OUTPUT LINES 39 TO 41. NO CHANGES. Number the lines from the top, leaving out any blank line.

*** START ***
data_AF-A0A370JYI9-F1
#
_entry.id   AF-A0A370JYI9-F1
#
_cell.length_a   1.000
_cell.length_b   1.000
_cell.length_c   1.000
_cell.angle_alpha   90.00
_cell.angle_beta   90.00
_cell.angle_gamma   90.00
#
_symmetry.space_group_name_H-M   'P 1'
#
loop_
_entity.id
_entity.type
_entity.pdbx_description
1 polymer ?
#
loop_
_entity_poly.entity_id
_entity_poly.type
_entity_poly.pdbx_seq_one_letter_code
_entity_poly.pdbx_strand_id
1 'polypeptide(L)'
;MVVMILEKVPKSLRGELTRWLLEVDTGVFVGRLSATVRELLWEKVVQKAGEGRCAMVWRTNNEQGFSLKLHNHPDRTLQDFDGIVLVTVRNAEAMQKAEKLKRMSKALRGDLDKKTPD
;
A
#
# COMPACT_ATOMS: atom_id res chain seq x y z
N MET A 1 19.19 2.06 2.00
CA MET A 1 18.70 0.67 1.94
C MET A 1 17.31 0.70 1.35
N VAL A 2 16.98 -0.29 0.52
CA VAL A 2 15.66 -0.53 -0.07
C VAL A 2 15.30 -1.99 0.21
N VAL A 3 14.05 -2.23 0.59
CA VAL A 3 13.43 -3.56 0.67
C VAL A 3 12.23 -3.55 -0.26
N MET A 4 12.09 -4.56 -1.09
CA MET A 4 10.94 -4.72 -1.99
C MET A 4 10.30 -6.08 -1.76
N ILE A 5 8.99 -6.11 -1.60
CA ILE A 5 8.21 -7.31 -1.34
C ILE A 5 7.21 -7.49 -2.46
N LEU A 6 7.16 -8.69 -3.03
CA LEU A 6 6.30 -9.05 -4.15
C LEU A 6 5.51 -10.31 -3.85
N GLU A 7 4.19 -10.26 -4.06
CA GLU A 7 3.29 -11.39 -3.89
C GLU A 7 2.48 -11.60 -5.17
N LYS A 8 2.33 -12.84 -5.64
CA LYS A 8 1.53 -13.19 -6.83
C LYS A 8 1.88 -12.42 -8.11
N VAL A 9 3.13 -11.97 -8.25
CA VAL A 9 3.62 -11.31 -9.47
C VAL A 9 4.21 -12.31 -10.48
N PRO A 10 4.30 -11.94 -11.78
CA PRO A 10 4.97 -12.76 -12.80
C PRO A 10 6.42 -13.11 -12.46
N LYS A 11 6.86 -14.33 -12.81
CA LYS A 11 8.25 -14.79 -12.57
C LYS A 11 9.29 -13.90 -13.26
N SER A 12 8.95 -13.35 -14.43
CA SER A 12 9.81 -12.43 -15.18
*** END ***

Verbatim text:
C VAL A 3 12.23 -3.55 -0.26
N MET A 4 12.09 -4.56 -1.09
CA MET A 4 10.94 -4.72 -1.99